Also, kindly cf OP as I augmented, I make specific reference to configuration-based performances that can rise above a threshold spoken of as non-function, then there is the issue of hill-climbing beyond this. I specifically noted on the real challenge being to find deeply isolated shorelines of function relative to search challenge.

    Let me clip:

    Several times, you have raised the issue of search. I have pointed out that at base, it is tantamount to sampling from a configuration space.

    [As, algebraic representation is commonly desired (and is often deemed superior to illustration or verbal description), a traditional representation of such a space is to symbolise it as Omega, here we can use w. Search then is obviously — and the obviousness is a material point here — tantamount to taking a subset of cases k in w by whatever relevant means, blind or intelligent. The search challenge then is to find some relevant zone z in w such that a performance based on configuration rises above a floor deemed non-functional: find/happen upon some z_i in w such that p(z) GT/eq f_min. Zones z are islands of function in the configuration space, w.]

    The key issue is the needle in haystack search to reach shorelines of function where islands of function by the very nature of FSCO/I will be deeply isolated in config spaces and where beyond 500 – 1,000 bits sol system or observed cosmos scale atomic resources will be grossly inadequate to make blind search plausibly successful.

    This is the core matter for the design inference, and side-tracks on personalities and peculiarities will be largely irrelevant.

    Hence, my focus.

    KF

    PS: A power cut, so I will post when I can.

  10. 10
    DiEb says:

    @KF:

    DiEb, you will know well enough that my focus has always been the grounding of the design inference i/l/o needle in haystack search challenge in large configuration spaces, not the particularities and peculiarities that objectors may or may not find in the works of given personalities.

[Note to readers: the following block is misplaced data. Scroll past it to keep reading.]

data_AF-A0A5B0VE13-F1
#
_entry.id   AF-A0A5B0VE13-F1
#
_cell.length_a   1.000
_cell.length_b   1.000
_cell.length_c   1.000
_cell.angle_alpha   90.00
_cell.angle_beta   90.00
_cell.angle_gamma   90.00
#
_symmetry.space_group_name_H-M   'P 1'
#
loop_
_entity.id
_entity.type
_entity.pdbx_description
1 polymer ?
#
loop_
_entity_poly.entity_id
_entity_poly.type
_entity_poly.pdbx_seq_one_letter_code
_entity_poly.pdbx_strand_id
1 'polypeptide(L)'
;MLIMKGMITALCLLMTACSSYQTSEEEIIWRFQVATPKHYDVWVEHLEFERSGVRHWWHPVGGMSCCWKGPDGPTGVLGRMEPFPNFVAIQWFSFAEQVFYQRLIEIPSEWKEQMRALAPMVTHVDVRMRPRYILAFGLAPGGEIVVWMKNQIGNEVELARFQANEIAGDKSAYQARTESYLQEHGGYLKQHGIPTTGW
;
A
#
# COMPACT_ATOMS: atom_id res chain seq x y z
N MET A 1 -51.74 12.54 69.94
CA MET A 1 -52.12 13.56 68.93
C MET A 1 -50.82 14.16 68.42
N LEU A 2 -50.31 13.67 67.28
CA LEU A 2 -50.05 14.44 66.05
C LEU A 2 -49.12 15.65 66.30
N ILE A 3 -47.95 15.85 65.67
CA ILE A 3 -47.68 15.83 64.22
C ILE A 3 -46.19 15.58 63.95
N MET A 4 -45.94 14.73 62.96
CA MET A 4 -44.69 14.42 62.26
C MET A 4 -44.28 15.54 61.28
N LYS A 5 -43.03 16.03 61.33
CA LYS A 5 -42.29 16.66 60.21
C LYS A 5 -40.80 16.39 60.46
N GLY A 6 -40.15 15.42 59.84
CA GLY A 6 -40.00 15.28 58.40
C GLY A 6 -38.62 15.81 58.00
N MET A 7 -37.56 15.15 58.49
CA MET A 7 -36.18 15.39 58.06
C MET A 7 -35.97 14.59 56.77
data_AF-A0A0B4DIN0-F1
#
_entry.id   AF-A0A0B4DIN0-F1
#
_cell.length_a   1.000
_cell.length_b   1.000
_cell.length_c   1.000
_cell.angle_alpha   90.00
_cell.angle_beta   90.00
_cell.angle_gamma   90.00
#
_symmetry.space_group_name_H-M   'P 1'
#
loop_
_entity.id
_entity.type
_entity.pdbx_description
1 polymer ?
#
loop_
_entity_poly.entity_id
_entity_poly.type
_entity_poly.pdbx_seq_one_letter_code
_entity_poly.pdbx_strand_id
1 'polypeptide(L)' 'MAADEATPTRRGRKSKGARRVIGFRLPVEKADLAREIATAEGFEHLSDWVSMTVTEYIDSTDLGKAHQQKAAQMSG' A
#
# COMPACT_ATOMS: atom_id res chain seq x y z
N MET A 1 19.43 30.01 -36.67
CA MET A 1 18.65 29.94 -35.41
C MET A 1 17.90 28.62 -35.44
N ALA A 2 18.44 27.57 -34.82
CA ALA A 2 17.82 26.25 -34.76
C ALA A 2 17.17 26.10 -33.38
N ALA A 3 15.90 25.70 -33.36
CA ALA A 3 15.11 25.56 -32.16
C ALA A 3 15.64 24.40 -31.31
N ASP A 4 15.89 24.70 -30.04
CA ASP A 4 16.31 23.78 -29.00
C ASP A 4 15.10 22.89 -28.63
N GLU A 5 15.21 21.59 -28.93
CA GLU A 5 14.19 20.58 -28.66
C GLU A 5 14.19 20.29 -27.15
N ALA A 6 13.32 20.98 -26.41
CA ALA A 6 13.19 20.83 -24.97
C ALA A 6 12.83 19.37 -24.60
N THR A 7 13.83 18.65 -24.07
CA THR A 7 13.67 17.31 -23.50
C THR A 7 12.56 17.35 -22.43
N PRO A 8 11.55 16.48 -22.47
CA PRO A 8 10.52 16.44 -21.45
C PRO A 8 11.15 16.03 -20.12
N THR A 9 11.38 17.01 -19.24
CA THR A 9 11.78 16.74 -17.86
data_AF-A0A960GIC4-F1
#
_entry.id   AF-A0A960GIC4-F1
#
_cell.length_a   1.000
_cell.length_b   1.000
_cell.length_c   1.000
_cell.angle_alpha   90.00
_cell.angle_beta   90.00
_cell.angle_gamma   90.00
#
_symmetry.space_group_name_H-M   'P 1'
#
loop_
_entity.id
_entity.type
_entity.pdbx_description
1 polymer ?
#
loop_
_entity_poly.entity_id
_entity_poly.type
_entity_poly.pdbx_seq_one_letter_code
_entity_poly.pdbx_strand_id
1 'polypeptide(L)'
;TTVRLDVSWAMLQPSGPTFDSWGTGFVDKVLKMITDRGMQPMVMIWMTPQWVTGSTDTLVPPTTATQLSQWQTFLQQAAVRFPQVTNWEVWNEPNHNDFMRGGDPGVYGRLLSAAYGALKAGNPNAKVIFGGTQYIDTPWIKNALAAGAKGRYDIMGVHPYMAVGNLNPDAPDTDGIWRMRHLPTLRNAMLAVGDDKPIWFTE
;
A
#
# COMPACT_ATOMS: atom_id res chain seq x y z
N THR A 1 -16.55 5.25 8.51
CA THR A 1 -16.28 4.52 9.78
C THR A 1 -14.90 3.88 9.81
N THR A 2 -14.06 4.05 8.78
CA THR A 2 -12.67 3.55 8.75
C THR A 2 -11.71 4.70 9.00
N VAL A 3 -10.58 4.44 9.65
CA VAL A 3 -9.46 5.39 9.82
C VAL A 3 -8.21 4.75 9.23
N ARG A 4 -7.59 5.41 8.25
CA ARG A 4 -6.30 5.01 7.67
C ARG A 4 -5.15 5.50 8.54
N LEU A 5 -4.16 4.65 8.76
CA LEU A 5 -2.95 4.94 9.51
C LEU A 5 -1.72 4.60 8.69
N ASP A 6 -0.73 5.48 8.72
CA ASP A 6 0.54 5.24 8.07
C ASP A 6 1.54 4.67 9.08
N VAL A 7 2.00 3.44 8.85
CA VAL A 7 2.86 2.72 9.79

KF, I got distracted by the title of your post – I thought that “Answering DiEb” would imply that you indeed tried to answer to the points I was making, and not come up with your favorite topics.
    Why did you quote me in the title if this post is only about your focus?

  11. 11
    Bob O'H says:

    kf – sorry to hear about the power cut. I think I’m going to duck out of this discussion, as it’s going to take too long for me to work out if you have addressed my points: your response is rather verbose, and extremely indirect.

  12. 12
    kairosfocus says:

    DiEb, really! I pointed out that there is a focal issue to be addressed rather than allow ourselves to be distracted by peculiarities and personalities. I spoke to that focal issue, what search is — you asserted no [credible?] definition has been offered — and then showed how this leads right to the heart of the matter, tying it to the OOL and OO body plans, then the problem of origin of functionally specific complex organisation and associated information, which is the core matter at stake on matters of design inference relevant to the world of life. I then went on to tie the matter to the applicability of the design inference explanatory filter heuristic. You now try to dismiss me as in effect riding a hobby-horse as though the issues I highlighted are not the heart of the matter. That’s not acceptable. Please, do better than this, you are a lot better than the sadly typical run of trolls we so often see at or around UD. KF

  13. 13
    kairosfocus says: